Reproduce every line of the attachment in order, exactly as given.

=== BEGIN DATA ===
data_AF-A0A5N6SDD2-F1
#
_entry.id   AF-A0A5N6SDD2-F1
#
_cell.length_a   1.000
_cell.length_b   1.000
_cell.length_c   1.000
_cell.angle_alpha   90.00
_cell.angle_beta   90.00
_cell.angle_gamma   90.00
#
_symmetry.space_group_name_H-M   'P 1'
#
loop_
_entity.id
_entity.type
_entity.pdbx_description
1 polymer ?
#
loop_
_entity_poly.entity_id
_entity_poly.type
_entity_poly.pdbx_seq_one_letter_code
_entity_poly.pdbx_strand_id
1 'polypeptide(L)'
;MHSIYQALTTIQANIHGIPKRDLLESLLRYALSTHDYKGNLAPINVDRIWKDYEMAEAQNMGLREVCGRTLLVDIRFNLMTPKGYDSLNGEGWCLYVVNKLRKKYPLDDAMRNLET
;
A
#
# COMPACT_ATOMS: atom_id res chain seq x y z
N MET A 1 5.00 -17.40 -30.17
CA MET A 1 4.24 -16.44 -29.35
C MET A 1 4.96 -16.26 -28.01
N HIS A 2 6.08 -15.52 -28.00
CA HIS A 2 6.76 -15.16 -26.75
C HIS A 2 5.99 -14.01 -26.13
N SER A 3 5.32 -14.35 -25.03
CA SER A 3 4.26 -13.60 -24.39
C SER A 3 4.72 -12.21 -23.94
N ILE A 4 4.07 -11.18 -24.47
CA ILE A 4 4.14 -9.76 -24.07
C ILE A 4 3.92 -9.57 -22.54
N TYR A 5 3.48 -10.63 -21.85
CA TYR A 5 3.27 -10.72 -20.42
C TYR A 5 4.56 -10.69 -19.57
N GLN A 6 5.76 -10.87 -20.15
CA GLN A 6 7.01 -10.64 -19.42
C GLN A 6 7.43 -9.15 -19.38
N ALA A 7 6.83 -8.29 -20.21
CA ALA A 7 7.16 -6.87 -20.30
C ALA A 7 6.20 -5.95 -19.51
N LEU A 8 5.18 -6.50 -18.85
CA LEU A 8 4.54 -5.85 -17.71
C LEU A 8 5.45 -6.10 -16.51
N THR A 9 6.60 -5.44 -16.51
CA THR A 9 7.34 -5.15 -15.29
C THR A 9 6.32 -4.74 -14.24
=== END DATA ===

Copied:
data_AF-A0A5N6SDD2-F1
#
_entry.id   AF-A0A5N6SDD2-F1
#
_cell.length_a   1.000
_cell.length_b   1.000
_cell.length_c   1.000
_cell.angle_alpha   90.00
_cell.angle_beta   90.00
_cell.angle_gamma   90.00
#
_symmetry.space_group_name_H-M   'P 1'
#
loop_
_entity.id
_entity.type
_entity.pdbx_description
1 polymer ?
#
loop_
_entity_poly.entity_id
_entity_poly.type
_entity_poly.pdbx_seq_one_letter_code
_entity_poly.pdbx_strand_id
1 'polypeptide(L)'
;MHSIYQALTTIQANIHGIPKRDLLESLLRYALSTHDYKGNLAPINVDRIWKDYEMAEAQNMGLREVCGRTLLVDIRFNLMTPKGYDSLNGEGWCLYVVNKLRKKYPLDDAMRNLET
;
A
#
# COMPACT_ATOMS: atom_id res chain seq x y z
N MET A 1 5.00 -17.40 -30.17
CA MET A 1 4.24 -16.44 -29.35
C MET A 1 4.96 -16.26 -28.01
N HIS A 2 6.08 -15.52 -28.00
CA HIS A 2 6.76 -15.16 -26.75
C HIS A 2 5.99 -14.01 -26.13
N SER A 3 5.32 -14.35 -25.03
CA SER A 3 4.26 -13.60 -24.39
C SER A 3 4.72 -12.21 -23.94
N ILE A 4 4.07 -11.18 -24.47
CA ILE A 4 4.14 -9.76 -24.07
C ILE A 4 3.92 -9.57 -22.54
N TYR A 5 3.48 -10.63 -21.85
CA TYR A 5 3.27 -10.72 -20.42
C TYR A 5 4.56 -10.69 -19.57
N GLN A 6 5.76 -10.87 -20.15
CA GLN A 6 7.01 -10.64 -19.42
C GLN A 6 7.43 -9.15 -19.38
N ALA A 7 6.83 -8.29 -20.21
CA ALA A 7 7.16 -6.87 -20.30
C ALA A 7 6.20 -5.95 -19.51
N LEU A 8 5.18 -6.50 -18.85
CA LEU A 8 4.54 -5.85 -17.71
C LEU A 8 5.45 -6.10 -16.51
N THR A 9 6.60 -5.44 -16.51
CA THR A 9 7.34 -5.15 -15.29
C THR A 9 6.32 -4.74 -14.24